Judge Blocks University's Attempt to Infringe on 'Gun Girl's' First Amendment Rights
On Tuesday, a federal judge stopped Kent State University from charging a gun-rights student group around $1,700 for bringing a controversial alumna to speak on campus, the Akron Beacon Journal reports.
Kaitlin Bennett drew recognition when she took graduation photos with an AR-10 rifle.
Bennett, who advocates for campus-carry, was making the point that a few days before when she was a student what she was doing would have been illegal, but since graduating, it was legal.
Now that I graduated from @KentState, I can finally arm myself on campus. I should have been able to do so as a student- especially since 4 unarmed students were shot and killed by the government on this campus. #CampusCarryNow pic.twitter.com/a91fQH44cq
— Kaitlin Bennett (@KaitMarieox) May 13, 2018
Bennett, known as the Kent State Gun Girl also held an open-carry walk in September that was mobbed with hundreds of protesters who clashed with police and led to four arrests.
Her upcoming event is called “Let’s Talk Gun Rights,” and is hosted by student group Liberty Hangout. It is planned to be held in university student center.
KSU claimed that it has a policy which requires security fees for student-organized campus events. However, the student group argued that if they had to pay the $1,700 security fee the school required, they wouldn’t be able to host the talk.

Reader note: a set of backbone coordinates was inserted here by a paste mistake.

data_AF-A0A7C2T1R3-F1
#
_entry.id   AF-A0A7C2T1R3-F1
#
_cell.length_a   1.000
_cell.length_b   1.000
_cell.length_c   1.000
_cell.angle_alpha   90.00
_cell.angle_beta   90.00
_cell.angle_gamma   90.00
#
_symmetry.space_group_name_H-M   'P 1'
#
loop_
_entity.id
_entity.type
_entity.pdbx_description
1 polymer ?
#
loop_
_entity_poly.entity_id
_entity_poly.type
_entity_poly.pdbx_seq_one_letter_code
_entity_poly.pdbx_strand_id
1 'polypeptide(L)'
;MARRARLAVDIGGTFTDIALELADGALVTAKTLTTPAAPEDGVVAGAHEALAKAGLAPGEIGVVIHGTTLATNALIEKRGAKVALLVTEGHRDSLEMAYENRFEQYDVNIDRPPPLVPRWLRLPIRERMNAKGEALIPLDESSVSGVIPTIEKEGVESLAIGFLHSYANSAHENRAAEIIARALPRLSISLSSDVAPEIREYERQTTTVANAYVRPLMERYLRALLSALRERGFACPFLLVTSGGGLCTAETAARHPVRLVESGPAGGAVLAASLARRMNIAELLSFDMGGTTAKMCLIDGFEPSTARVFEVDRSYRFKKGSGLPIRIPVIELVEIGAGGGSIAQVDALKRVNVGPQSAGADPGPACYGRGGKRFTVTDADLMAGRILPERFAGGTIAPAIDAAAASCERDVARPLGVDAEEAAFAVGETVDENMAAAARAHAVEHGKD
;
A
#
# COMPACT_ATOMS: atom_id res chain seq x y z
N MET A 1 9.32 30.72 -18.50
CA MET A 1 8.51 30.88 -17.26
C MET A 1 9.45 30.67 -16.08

“Why, you might ask, should a student group, which isn’t financially able, be required to foot the bill for security every time Antifa protesters threaten to disrupt conservative events?” the group asked on their website.
The group filed a lawsuit last week which says that the imposition of the security fee violates the students’ rights to free speech and assembly.
“Such a fee assessment against the student sponsors of the event effectively curtails their ability to hold it due to the high cost of security and amounts to a form of censorship and punishment,” the suit says, claiming that the school’s policy is “unconstitutionally vague.”
Judge John Adams said he was “gravely concerned” that the school’s policy might infringe on Bennett and students’ First Amendment rights by using Bennett’s history on campus to affect whether she is allowed to speak.
“There should have been more communication,” Adams said. “We can’t allow protesters to shift the (financial) burden to the speaker and her organization.”
Adams said that the university didn’t seem to be making enough effort to ensure that Bennett could speak her opinions on campus without being shouted down, Advance Ohio reports.
Bennett and Liberty Hangout should not be held responsible for threat of violence or protesters, Adams claimed.
He concluded that the policy as written was too broad and granted a “temporary restraining order” on the fees.
While a full hearing will take place December 13th, Kent state will not charge the organization for fees for the November 19th event.
A spokesman for the school told the Akron Beacon in an email that Kent State will withhold sending an invoice until the hearing.
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